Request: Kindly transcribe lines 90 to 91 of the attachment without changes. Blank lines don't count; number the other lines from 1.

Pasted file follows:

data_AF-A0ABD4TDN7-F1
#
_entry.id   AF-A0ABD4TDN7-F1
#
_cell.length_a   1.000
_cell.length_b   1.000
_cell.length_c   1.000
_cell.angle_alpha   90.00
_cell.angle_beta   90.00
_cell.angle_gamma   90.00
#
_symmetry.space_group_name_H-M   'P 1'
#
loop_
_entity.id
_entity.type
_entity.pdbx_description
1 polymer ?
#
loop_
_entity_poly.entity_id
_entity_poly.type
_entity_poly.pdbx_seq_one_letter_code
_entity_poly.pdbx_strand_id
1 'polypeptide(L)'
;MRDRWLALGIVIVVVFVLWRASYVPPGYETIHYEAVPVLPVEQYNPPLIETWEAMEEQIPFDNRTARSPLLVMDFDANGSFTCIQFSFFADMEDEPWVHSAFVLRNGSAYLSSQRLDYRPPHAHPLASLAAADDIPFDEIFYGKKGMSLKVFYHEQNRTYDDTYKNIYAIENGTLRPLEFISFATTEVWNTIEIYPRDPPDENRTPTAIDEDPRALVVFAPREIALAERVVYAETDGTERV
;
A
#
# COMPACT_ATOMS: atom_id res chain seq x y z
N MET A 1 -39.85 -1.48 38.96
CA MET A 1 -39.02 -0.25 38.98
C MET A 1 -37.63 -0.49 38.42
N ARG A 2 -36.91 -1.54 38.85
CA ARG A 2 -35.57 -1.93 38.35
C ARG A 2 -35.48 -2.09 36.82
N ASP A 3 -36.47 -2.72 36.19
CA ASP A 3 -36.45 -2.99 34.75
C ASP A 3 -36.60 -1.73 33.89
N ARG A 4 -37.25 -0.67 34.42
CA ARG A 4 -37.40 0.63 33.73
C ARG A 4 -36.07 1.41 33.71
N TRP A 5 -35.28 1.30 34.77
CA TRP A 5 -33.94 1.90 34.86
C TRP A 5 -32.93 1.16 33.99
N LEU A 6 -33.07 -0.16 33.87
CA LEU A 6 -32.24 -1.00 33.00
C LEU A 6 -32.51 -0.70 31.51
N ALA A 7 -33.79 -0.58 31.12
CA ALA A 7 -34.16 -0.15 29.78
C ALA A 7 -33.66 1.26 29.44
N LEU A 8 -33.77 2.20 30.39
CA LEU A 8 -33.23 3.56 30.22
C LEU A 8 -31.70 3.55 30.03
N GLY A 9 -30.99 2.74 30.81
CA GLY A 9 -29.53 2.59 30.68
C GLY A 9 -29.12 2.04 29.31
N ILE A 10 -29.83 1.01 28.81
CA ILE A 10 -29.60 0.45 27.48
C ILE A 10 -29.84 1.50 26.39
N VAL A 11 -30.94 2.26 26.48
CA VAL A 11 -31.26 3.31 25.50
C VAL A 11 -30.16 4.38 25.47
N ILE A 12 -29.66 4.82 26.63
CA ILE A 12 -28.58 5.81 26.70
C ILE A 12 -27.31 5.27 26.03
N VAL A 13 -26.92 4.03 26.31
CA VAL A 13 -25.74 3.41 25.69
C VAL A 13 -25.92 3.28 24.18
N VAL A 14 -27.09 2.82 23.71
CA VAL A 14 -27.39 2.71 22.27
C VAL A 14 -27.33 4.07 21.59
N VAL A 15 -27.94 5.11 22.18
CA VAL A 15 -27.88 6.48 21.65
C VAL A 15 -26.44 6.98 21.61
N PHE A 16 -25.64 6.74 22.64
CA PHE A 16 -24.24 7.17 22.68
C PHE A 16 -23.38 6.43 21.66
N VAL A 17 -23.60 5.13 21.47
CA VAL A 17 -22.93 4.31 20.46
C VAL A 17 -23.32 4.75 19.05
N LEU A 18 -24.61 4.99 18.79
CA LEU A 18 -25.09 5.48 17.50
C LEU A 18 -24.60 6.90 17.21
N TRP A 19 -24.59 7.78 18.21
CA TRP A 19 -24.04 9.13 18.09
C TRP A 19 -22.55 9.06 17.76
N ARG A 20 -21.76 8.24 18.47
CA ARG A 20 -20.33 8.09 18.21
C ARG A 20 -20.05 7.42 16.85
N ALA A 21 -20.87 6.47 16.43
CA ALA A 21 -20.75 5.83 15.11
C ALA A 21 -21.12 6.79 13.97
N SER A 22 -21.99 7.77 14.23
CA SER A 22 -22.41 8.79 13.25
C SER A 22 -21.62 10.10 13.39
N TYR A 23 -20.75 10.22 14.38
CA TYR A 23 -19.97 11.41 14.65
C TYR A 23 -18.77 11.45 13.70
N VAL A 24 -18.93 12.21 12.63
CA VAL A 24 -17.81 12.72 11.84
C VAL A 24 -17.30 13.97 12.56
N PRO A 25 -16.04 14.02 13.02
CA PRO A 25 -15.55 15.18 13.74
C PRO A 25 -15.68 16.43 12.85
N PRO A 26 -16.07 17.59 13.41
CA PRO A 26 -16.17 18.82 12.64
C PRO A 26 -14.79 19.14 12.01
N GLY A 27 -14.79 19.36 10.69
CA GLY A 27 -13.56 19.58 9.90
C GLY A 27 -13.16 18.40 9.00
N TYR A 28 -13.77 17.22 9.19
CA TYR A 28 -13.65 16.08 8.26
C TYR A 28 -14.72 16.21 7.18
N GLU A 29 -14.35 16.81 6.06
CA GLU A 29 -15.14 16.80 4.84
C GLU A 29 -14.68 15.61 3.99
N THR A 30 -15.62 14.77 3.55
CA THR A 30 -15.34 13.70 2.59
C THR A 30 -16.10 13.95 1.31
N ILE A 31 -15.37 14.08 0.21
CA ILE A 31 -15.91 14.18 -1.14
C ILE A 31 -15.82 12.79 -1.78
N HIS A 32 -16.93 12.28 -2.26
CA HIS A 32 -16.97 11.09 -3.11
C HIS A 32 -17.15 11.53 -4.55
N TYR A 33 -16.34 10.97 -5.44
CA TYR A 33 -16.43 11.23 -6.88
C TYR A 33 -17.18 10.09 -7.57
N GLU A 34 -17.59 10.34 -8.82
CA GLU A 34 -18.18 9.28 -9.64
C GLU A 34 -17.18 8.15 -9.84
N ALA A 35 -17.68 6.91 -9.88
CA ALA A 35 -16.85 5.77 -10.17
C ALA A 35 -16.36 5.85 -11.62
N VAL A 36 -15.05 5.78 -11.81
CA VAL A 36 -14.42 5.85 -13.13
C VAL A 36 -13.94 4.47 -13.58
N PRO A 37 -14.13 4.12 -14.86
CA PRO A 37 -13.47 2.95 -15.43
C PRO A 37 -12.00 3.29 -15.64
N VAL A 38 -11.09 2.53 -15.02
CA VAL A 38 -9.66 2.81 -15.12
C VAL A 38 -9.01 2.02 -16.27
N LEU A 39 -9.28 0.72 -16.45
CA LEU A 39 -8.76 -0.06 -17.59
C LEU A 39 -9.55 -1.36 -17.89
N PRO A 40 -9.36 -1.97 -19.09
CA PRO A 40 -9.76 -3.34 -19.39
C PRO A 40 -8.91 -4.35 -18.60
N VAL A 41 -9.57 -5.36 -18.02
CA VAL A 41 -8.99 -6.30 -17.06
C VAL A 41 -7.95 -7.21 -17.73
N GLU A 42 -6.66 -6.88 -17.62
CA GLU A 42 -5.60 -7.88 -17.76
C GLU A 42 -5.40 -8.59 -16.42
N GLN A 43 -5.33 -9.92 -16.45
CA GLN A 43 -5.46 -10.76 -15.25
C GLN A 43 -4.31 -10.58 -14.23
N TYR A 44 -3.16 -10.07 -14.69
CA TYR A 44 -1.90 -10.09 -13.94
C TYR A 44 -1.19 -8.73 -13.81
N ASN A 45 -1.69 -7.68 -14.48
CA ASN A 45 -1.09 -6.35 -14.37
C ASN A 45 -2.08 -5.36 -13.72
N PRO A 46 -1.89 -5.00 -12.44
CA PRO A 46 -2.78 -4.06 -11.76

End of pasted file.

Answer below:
C ARG A 20 -20.05 7.42 16.85
N ALA A 21 -20.87 6.47 16.43